Wednesday, March 05, 2008

Can spending more money on fun be a frugal choice?

Sometimes I have a really hard time spending money on things when I don't think I'm getting a good enough bargain.  I know, I know, some people would love to have that problem!  But honestly, it is a problem sometimes, especially when I hold back from having fun and enjoying myself because I don't like the price (or, worse, go ahead and then fret about the cost the whole way through.)  But luckily, I think I've found a partial solution.
One of the great things about living in the heart of Chicago was that every three months, without fail, a new set of coupons showed up in the mailbox with at least 4 or 5 buy-one-get-one-free coupons for great restaurants in the area.  As a result, my boyfriend and I would go out to eat maybe once every three or four weeks, almost always using the coupons, happy about the experience and the price and the value.  But here in DC, we don't get any coupons like that, and so we've eaten out much less often, even though we do value eating good food and having nice dates together.  It's not just restaurants, either; especially with the free Smithsonian museums in town, it's hard to choose other outings that have a pricetag (even when we're down to the last few museums which we're not really that interested in!)
So we decided to order the Entertainment Book for $20 [although we should've gotten it for $14 via Ebates, see below.]  I flipped through the offers online, did some mental calculations, and figured that it wasn't likely to save us much if any money.  While there are lots of offers that we can see ourselves using, there weren't too many of the "We go there/buy that anyway, so we're saving $X that we would have otherwise spent" variety.  (Although I didn't realize until it came in the mail that there's $20 of coupons to our grocery store-- $15, really, since one has expired-- so that actually goes a long way.)  In fact, since nearly everything in the book is "buy one get one free," paying half-price for something we otherwise wouldn't have paid for actually means spending more money.  That made me hesitate to buy the book at first.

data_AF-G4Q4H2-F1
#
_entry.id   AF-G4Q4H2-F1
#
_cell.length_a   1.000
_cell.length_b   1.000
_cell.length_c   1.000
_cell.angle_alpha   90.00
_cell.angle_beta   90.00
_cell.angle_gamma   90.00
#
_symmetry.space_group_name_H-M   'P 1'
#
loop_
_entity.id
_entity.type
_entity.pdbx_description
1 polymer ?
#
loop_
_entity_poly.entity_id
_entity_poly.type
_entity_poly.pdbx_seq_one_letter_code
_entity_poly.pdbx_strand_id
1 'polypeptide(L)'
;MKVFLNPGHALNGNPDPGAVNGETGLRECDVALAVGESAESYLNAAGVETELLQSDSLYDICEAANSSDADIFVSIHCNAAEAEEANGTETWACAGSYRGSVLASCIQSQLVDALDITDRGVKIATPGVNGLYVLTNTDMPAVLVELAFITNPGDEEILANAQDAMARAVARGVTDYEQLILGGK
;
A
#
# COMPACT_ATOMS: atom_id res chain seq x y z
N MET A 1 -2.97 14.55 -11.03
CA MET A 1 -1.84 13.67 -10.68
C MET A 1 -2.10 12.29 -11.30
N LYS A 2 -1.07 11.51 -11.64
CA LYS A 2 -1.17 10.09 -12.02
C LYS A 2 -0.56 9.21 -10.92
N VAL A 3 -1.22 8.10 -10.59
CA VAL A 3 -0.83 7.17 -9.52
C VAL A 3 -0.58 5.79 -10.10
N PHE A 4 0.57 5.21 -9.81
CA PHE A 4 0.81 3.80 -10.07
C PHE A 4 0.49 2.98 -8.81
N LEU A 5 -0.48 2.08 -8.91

But on reflection, I think it's going to be a good value for us.  Like I said, I often have a difficult time spending money on things unless I feel like it's a good deal (my boyfriend is similar although definitely less extreme.)  I'll tell myself that surely there's something else fun we could do for free or cheaper, and so it's my responsibility to find the cheapest entertainment and choose that instead.  And there are indeed other things to do, and we do them and we enjoy them-- I'll be the first person to tell you that there's a lot of free (or cheap), fun, fulfilling things to do out there.  But there are also some enjoyable things that you just can't do for free, and if you're too hung up on the cost you miss out on that fun.  And now we've got a whole bunch of "good deals" to lure us into doing them. 

For example, we went to a dinner theater for Valentine's Day and really enjoyed it, but we felt a little reluctant to do it again because we weren't sure it was quite worth the price (about $100 for the two of us, which is definitely at the high end of our usual entertainment costs.)  But in the Entertainment Book there's a buy-one-get-one-free coupon for that theater, and that means we'll probably go back-- at half the cost it goes from a probably-not to a great bargain.  There's a lot like that-- from eating out to bowling to mini-golf to boat trips on the Potomac, I feel like someone told me, "There's a 50% discount on fun this year!  You've paid for it already, now go out and enjoy it!" 

So in other words, thanks to the Entertainment Book, I think we'll be spending a little more on entertainment this year, but getting a lot more fun in return.  And isn't that what frugality's all about, anyway-- not merely spending as little as possible, but instead getting the most happiness you can out of your money?  Merriam-Webster says that frugality is "Middle French, from Latin frugalis virtuous, frugal, from frug-, frux fruit, value; akin to Latin frui to enjoy."  I think investing this extra money in fun will be a good value, and I'm looking forward to enjoying it!
Do you hesitate to spend money on entertainment when you're not sure you're getting a good deal?  Do you ever feel like you're taking that too far?  What ways have you found to address that?  (And for those of you who think that's crazy, you can just share your thoughts on the Entertainment Book!)
* By the way, I did a bad job of shopping around.  I should've bought the Entertainment Book through Ebates and gotten an extra $6 back.  (And if you haven't joined Ebates yet, you'll get an extra $5 on your first purchase-- if you want to join and don't mind using my referral link, click here-- or just go to 

1 comment:

Anonymous said...

I think it's super that you bought the EB. Like you, I don't like spending unless it's a good deal. Getting the EB creates a lovely middle ground where you can do some great activities pretty frugally. Enjoy!